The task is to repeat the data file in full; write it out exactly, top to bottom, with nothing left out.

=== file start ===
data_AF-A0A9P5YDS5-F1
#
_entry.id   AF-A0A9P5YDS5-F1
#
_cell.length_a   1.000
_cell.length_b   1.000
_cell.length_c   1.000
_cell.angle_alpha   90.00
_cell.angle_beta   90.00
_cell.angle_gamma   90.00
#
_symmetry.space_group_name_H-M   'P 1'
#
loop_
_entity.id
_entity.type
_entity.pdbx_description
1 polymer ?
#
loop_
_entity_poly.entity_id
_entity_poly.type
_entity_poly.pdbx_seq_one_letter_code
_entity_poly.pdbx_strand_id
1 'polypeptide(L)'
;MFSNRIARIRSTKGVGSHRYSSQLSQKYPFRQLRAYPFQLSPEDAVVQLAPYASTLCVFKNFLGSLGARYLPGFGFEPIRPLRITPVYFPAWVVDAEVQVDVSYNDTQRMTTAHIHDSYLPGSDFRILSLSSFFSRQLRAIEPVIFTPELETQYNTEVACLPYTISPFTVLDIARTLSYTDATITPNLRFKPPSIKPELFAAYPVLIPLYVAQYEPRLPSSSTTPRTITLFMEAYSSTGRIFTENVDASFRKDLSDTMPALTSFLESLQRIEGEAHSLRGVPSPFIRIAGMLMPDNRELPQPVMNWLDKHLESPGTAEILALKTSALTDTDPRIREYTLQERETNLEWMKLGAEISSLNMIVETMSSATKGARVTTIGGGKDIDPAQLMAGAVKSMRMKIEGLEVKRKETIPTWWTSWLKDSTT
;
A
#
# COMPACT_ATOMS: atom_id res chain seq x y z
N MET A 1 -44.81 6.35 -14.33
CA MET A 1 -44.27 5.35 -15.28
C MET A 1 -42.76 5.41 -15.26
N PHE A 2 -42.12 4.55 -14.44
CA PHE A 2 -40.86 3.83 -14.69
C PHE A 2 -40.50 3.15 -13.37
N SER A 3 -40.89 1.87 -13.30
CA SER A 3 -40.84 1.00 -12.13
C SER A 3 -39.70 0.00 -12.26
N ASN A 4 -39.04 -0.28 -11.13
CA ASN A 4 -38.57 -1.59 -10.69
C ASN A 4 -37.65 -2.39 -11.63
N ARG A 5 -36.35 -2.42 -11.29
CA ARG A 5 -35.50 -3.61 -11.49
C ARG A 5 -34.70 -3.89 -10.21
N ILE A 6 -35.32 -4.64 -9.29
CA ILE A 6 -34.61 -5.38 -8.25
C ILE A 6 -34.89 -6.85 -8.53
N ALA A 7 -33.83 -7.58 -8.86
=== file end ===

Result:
data_AF-A0A9P5YDS5-F1
#
_entry.id   AF-A0A9P5YDS5-F1
#
_cell.length_a   1.000
_cell.length_b   1.000
_cell.length_c   1.000
_cell.angle_alpha   90.00
_cell.angle_beta   90.00
_cell.angle_gamma   90.00
#
_symmetry.space_group_name_H-M   'P 1'
#
loop_
_entity.id
_entity.type
_entity.pdbx_description
1 polymer ?
#
loop_
_entity_poly.entity_id
_entity_poly.type
_entity_poly.pdbx_seq_one_letter_code
_entity_poly.pdbx_strand_id
1 'polypeptide(L)'
;MFSNRIARIRSTKGVGSHRYSSQLSQKYPFRQLRAYPFQLSPEDAVVQLAPYASTLCVFKNFLGSLGARYLPGFGFEPIRPLRITPVYFPAWVVDAEVQVDVSYNDTQRMTTAHIHDSYLPGSDFRILSLSSFFSRQLRAIEPVIFTPELETQYNTEVACLPYTISPFTVLDIARTLSYTDATITPNLRFKPPSIKPELFAAYPVLIPLYVAQYEPRLPSSSTTPRTITLFMEAYSSTGRIFTENVDASFRKDLSDTMPALTSFLESLQRIEGEAHSLRGVPSPFIRIAGMLMPDNRELPQPVMNWLDKHLESPGTAEILALKTSALTDTDPRIREYTLQERETNLEWMKLGAEISSLNMIVETMSSATKGARVTTIGGGKDIDPAQLMAGAVKSMRMKIEGLEVKRKETIPTWWTSWLKDSTT
;
A
#
# COMPACT_ATOMS: atom_id res chain seq x y z
N MET A 1 -44.81 6.35 -14.33
CA MET A 1 -44.27 5.35 -15.28
C MET A 1 -42.76 5.41 -15.26
N PHE A 2 -42.12 4.55 -14.44
CA PHE A 2 -40.86 3.83 -14.69
C PHE A 2 -40.50 3.15 -13.37
N SER A 3 -40.89 1.87 -13.30
CA SER A 3 -40.84 1.00 -12.13
C SER A 3 -39.70 0.00 -12.26
N ASN A 4 -39.04 -0.28 -11.13
CA ASN A 4 -38.57 -1.59 -10.69
C ASN A 4 -37.65 -2.39 -11.63
N ARG A 5 -36.35 -2.42 -11.29
CA ARG A 5 -35.50 -3.61 -11.49
C ARG A 5 -34.70 -3.89 -10.21
N ILE A 6 -35.32 -4.64 -9.29
CA ILE A 6 -34.61 -5.38 -8.25
C ILE A 6 -34.89 -6.85 -8.53
N ALA A 7 -33.83 -7.58 -8.86